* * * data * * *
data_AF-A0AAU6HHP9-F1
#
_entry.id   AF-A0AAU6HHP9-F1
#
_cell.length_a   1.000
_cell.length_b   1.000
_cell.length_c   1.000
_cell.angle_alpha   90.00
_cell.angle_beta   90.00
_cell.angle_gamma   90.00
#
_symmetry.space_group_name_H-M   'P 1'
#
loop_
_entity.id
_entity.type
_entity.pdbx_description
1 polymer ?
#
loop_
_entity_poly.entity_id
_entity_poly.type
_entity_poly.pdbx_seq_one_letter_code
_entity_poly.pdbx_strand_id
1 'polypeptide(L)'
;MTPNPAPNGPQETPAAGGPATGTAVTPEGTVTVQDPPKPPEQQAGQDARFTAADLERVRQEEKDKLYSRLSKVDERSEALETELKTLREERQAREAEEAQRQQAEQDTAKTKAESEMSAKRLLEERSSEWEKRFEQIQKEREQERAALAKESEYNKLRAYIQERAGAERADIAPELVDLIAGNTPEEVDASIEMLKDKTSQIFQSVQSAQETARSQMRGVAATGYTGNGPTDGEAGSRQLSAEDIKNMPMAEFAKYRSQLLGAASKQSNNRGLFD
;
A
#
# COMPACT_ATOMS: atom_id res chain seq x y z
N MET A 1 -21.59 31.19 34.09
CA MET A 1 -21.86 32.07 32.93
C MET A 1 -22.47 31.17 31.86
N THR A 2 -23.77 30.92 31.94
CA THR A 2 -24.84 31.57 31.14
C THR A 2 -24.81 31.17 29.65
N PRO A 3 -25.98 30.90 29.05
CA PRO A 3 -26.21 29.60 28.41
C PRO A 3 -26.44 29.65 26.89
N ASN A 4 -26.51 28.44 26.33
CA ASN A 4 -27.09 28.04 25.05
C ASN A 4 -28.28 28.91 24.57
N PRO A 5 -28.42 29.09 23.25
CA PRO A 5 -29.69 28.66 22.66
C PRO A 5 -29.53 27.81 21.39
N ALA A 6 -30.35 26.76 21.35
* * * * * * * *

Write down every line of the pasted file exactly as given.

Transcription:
data_AF-A0AAU6HHP9-F1
#
_entry.id   AF-A0AAU6HHP9-F1
#
_cell.length_a   1.000
_cell.length_b   1.000
_cell.length_c   1.000
_cell.angle_alpha   90.00
_cell.angle_beta   90.00
_cell.angle_gamma   90.00
#
_symmetry.space_group_name_H-M   'P 1'
#
loop_
_entity.id
_entity.type
_entity.pdbx_description
1 polymer ?
#
loop_
_entity_poly.entity_id
_entity_poly.type
_entity_poly.pdbx_seq_one_letter_code
_entity_poly.pdbx_strand_id
1 'polypeptide(L)'
;MTPNPAPNGPQETPAAGGPATGTAVTPEGTVTVQDPPKPPEQQAGQDARFTAADLERVRQEEKDKLYSRLSKVDERSEALETELKTLREERQAREAEEAQRQQAEQDTAKTKAESEMSAKRLLEERSSEWEKRFEQIQKEREQERAALAKESEYNKLRAYIQERAGAERADIAPELVDLIAGNTPEEVDASIEMLKDKTSQIFQSVQSAQETARSQMRGVAATGYTGNGPTDGEAGSRQLSAEDIKNMPMAEFAKYRSQLLGAASKQSNNRGLFD
;
A
#
# COMPACT_ATOMS: atom_id res chain seq x y z
N MET A 1 -21.59 31.19 34.09
CA MET A 1 -21.86 32.07 32.93
C MET A 1 -22.47 31.17 31.86
N THR A 2 -23.77 30.92 31.94
CA THR A 2 -24.84 31.57 31.14
C THR A 2 -24.81 31.17 29.65
N PRO A 3 -25.98 30.90 29.05
CA PRO A 3 -26.21 29.60 28.41
C PRO A 3 -26.44 29.65 26.89
N ASN A 4 -26.51 28.44 26.33
CA ASN A 4 -27.09 28.04 25.05
C ASN A 4 -28.28 28.91 24.57
N PRO A 5 -28.42 29.09 23.25
CA PRO A 5 -29.69 28.66 22.66
C PRO A 5 -29.53 27.81 21.39
N ALA A 6 -30.35 26.76 21.35